Expert in Kari Lake election suit: 'No doubt' she would have won without Maricopa Election Day chaos
The trial is set to conclude Thursday.
The Facts Inside Our Reporter’s Notebook
Election modeling expert Richard Baris said Thursday in the Kari Lake election lawsuit that his projections showed as many as 40,000 voters were disenfranchised over Election Day chaos in Arizona's Maricopa County, causing him to "have no doubt" that she would've won the gubernatorial election had there been no problems at polling centers.
Baris is the final witness for Lake in the scheduled two-day trial for her election lawsuit.
Baris testified that 25,000 to 40,000 voters were disenfranchised in the county as a result of roughly one in five vote centers suffering problems with ballot tabulator machines in the first hours of Election Day
"We've got about 20% of the locations out there where there's an issue with the tabulator," Maricopa Board of Supervisors Chairman Bill Gates, a Republican, said on election night. Describing the problem, he said that after some voters filled out their ballot, the machine wouldn't accept it. Since then, the county has admitted that 70 out of the 223 vote centers experienced issues on Election Day.
Election officials, however, assured voters their ballots would still be counted as a result of redundancy protocols.
The vote margin between Lake and Hobbs is 17,117 votes.
Baris said the net gain Lake would've received in the votes that weren't cast on Election Day would have made her the winner of the Arizona gubernatorial election.
Baris testified that his firm, Big Data Poll, typically finds the difference in the exit-poll participation rates between early voters and Election Day voters is about 5-8%. In Maricopa County last month, however, the difference was about 20%, further suggesting that would-be voters there stayed home upon learning about voting machine problems.
That has "never happened to me before," he said.
Following Baris' testimony, Lake's lawyers rested their case, and legal counsel for the defendants called their first witness, Kenneth Mayer, a political science professor at the University of Wisconsin-Madison.
Mayer, who said he has been involved in polling for the last 30 years, testified that there was no data to support the idea that ballot tabulator issues on Election Day caused voters to be disenfranchised and affected the outcome of the election.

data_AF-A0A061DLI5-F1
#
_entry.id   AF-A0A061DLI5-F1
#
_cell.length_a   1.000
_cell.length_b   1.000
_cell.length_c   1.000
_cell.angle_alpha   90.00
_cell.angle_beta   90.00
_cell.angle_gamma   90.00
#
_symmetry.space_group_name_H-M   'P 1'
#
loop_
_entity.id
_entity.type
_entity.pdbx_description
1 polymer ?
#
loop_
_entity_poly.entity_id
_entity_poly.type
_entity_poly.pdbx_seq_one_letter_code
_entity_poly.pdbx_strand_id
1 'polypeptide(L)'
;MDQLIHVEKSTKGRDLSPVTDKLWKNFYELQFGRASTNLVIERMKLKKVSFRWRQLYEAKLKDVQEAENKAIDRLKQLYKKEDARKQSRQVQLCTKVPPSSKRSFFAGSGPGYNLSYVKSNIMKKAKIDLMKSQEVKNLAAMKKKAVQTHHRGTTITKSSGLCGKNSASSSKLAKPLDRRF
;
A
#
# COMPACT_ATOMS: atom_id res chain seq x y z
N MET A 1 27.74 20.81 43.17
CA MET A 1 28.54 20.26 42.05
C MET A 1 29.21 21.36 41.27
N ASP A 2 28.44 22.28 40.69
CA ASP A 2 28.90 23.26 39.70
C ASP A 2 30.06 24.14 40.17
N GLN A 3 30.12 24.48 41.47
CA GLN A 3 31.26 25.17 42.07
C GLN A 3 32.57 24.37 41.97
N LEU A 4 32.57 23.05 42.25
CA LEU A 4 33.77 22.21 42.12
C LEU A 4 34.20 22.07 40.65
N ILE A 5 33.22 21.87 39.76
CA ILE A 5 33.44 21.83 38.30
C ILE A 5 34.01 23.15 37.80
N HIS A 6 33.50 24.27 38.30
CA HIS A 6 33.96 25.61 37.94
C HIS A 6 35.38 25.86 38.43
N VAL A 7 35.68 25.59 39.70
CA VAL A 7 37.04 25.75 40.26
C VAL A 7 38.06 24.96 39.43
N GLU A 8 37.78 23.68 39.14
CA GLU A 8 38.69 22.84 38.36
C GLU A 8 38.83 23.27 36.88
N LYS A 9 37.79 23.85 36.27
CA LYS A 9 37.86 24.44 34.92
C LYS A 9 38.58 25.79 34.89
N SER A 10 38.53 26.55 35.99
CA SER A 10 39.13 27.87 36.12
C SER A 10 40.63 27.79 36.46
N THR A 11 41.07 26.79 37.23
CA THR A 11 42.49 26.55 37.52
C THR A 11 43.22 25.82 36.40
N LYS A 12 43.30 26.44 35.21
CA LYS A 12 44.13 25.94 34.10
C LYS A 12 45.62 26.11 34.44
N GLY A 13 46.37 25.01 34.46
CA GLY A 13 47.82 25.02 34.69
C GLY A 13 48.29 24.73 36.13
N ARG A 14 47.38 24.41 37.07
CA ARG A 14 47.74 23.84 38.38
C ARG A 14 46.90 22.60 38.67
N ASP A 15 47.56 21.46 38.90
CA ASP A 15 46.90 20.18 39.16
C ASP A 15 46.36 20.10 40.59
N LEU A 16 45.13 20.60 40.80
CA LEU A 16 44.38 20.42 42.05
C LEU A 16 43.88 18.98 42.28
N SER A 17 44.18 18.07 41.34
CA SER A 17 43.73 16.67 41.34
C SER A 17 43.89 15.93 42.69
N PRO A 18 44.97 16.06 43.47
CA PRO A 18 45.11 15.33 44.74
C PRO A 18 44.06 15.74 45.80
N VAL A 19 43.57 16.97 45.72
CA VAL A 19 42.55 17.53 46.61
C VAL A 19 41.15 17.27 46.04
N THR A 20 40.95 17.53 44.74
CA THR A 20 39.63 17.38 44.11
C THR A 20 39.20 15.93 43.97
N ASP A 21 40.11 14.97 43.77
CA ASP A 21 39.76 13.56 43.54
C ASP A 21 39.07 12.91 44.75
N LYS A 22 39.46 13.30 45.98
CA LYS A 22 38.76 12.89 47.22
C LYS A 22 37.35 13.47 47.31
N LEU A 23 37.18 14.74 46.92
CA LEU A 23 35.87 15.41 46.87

The professor discounted Baris' polling data, noting issues with self-reporting rather than using systematic methods, and said that Baris' conclusions about his own data weren't supported by the data.
During direct examination by the defendants' legal counsel, he addressed the declarations regarding long wait times at vote centers, saying that the estimates widely varied and people generally do not correctly guess wait times due to the frustration of waiting in line.
Under cross-examination by Lake's legal counsel, Mayer said that he didn't verify the accuracy of the wait times provided by Maricopa County.
Lake, the 2022 Arizona GOP gubernatorial nominee, is suing her Democratic opponent, Governor-elect and Secretary of State Katie Hobbs; Maricopa County Recorder Stephen Richer; the county Board of Supervisors; and county Director of Elections Scott Jarrett.
Lake's case alleges the "number of illegal votes cast in Arizona's general election ... far exceeds the 17,117 vote margin" between her and Hobbs.
The trial began Wednesday with the testimony of Richer, Jarrett, cybersecurity expert Clay Parikh, county temporary technician Bradley Benticort, and Republican National Committee attorney Mark Sonnenklar.
Following Baris' testimony, the defendants' legal team will call four witnesses to the stand, then each side will give closing arguments.